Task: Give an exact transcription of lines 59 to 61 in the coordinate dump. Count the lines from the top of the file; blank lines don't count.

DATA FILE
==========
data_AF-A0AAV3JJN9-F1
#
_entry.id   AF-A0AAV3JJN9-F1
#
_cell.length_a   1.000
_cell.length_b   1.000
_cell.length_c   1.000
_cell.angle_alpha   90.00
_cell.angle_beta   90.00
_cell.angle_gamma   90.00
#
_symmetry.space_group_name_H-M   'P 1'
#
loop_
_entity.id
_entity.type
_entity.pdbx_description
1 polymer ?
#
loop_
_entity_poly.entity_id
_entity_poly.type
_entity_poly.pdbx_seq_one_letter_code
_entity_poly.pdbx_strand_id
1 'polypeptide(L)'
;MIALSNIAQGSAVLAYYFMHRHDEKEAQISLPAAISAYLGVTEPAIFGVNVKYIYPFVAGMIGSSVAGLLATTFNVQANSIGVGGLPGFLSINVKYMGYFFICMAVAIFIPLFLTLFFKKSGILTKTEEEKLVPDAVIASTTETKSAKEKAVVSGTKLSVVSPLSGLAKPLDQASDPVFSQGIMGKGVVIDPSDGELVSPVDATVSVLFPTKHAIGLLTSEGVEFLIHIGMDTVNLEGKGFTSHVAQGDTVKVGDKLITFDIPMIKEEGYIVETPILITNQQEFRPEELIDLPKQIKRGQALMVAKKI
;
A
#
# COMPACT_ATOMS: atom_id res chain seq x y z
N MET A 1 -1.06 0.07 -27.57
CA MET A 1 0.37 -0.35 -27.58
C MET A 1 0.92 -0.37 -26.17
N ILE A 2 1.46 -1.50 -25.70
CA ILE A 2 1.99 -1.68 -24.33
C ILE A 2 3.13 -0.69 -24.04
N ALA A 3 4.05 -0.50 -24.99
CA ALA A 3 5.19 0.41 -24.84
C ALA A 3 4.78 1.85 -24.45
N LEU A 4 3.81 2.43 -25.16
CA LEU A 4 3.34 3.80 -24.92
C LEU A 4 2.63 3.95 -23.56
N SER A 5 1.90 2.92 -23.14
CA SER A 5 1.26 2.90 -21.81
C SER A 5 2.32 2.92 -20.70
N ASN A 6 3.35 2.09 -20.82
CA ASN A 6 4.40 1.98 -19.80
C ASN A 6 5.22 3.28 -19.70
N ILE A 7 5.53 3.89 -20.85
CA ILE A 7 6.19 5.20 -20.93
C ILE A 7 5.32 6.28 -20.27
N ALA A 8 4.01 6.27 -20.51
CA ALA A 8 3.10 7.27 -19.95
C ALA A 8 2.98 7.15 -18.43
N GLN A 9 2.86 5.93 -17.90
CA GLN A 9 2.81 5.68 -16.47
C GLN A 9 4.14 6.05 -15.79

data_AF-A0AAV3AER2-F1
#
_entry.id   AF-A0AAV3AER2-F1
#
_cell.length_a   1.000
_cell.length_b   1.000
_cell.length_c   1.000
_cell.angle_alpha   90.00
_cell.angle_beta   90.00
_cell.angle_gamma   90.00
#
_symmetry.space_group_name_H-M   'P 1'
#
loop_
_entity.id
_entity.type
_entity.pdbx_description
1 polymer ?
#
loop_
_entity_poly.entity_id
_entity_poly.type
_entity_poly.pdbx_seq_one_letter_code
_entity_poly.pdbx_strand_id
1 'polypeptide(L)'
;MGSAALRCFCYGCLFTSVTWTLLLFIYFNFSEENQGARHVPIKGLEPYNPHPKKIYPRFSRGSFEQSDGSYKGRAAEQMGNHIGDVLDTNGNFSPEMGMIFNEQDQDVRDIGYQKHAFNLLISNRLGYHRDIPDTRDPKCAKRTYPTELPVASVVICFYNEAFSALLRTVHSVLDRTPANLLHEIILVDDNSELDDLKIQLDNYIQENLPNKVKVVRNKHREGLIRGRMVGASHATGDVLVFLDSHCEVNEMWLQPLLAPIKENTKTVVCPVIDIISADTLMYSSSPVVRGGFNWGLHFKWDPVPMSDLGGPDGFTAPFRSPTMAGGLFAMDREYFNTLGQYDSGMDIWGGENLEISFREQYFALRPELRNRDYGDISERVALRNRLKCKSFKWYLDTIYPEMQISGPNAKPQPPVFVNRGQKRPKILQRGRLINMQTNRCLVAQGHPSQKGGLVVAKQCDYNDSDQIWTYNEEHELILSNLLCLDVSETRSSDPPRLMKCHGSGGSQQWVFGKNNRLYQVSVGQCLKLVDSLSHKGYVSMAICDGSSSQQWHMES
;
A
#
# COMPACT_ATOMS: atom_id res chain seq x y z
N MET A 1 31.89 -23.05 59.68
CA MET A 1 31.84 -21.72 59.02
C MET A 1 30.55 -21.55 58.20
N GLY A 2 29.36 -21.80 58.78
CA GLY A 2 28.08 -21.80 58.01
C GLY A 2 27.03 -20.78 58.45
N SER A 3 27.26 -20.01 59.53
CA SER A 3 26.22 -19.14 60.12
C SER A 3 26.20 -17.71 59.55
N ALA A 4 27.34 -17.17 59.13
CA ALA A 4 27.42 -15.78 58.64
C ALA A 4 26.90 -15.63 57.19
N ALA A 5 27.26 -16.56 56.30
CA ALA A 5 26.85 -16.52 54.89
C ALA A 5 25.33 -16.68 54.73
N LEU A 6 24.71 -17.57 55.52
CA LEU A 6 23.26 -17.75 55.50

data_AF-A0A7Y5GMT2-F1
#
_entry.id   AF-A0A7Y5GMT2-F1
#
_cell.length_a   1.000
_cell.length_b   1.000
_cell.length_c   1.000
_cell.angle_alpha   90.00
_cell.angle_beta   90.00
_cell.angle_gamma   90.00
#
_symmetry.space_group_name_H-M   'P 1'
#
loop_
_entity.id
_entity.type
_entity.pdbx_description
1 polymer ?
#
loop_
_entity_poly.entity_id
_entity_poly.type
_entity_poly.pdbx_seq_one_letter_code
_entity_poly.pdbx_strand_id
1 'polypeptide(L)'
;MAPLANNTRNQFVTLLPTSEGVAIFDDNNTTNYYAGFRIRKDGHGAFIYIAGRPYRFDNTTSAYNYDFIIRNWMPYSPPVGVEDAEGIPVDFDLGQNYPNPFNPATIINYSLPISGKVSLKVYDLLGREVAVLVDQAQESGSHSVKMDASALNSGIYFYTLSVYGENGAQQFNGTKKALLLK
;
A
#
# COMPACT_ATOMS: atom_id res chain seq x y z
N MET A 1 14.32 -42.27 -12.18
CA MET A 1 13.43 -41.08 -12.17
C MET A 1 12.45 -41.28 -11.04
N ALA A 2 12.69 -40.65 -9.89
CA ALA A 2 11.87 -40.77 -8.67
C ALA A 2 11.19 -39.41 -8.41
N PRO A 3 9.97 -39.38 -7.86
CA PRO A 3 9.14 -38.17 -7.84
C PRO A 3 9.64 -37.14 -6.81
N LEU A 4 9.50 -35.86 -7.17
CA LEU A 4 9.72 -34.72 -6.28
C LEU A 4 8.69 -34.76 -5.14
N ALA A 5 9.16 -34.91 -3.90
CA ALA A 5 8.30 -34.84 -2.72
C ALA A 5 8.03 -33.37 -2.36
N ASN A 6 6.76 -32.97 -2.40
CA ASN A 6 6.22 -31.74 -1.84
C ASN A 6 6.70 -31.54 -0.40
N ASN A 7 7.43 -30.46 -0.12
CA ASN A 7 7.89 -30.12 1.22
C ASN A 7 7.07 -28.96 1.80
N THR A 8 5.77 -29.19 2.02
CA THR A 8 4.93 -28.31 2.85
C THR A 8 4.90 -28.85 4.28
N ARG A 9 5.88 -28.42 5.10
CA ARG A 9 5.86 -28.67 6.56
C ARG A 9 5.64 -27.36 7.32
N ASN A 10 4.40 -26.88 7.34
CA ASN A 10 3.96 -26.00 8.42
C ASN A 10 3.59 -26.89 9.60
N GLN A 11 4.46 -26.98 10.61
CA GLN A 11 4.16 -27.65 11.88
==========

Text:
#
_entry.id   AF-A0AAV3AER2-F1
#